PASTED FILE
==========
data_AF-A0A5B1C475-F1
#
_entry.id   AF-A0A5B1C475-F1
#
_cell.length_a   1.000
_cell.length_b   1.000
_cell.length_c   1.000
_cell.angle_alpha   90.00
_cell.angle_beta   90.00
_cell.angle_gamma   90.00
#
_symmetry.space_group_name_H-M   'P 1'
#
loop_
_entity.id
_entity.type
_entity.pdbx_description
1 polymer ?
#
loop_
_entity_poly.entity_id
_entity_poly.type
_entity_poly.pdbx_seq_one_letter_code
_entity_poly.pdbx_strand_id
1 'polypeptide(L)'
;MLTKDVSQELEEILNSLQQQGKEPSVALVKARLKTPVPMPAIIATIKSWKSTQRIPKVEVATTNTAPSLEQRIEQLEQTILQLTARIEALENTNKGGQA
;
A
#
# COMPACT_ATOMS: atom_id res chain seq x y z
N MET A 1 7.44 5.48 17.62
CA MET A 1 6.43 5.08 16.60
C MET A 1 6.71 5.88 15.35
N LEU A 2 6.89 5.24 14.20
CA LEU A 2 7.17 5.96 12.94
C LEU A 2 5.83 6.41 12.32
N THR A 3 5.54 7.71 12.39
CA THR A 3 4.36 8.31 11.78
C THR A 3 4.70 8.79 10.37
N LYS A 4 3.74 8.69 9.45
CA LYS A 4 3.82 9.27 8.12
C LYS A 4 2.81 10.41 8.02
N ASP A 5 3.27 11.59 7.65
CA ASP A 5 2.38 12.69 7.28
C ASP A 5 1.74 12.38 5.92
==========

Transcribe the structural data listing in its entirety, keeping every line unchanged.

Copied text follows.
data_AF-A0A5B1C475-F1
#
_entry.id   AF-A0A5B1C475-F1
#
_cell.length_a   1.000
_cell.length_b   1.000
_cell.length_c   1.000
_cell.angle_alpha   90.00
_cell.angle_beta   90.00
_cell.angle_gamma   90.00
#
_symmetry.space_group_name_H-M   'P 1'
#
loop_
_entity.id
_entity.type
_entity.pdbx_description
1 polymer ?
#
loop_
_entity_poly.entity_id
_entity_poly.type
_entity_poly.pdbx_seq_one_letter_code
_entity_poly.pdbx_strand_id
1 'polypeptide(L)'
;MLTKDVSQELEEILNSLQQQGKEPSVALVKARLKTPVPMPAIIATIKSWKSTQRIPKVEVATTNTAPSLEQRIEQLEQTILQLTARIEALENTNKGGQA
;
A
#
# COMPACT_ATOMS: atom_id res chain seq x y z
N MET A 1 7.44 5.48 17.62
CA MET A 1 6.43 5.08 16.60
C MET A 1 6.71 5.88 15.35
N LEU A 2 6.89 5.24 14.20
CA LEU A 2 7.17 5.96 12.94
C LEU A 2 5.83 6.41 12.32
N THR A 3 5.54 7.71 12.39
CA THR A 3 4.36 8.31 11.78
C THR A 3 4.70 8.79 10.37
N LYS A 4 3.74 8.69 9.45
CA LYS A 4 3.82 9.27 8.12
C LYS A 4 2.81 10.41 8.02
N ASP A 5 3.27 11.59 7.65
CA ASP A 5 2.38 12.69 7.28
C ASP A 5 1.74 12.38 5.92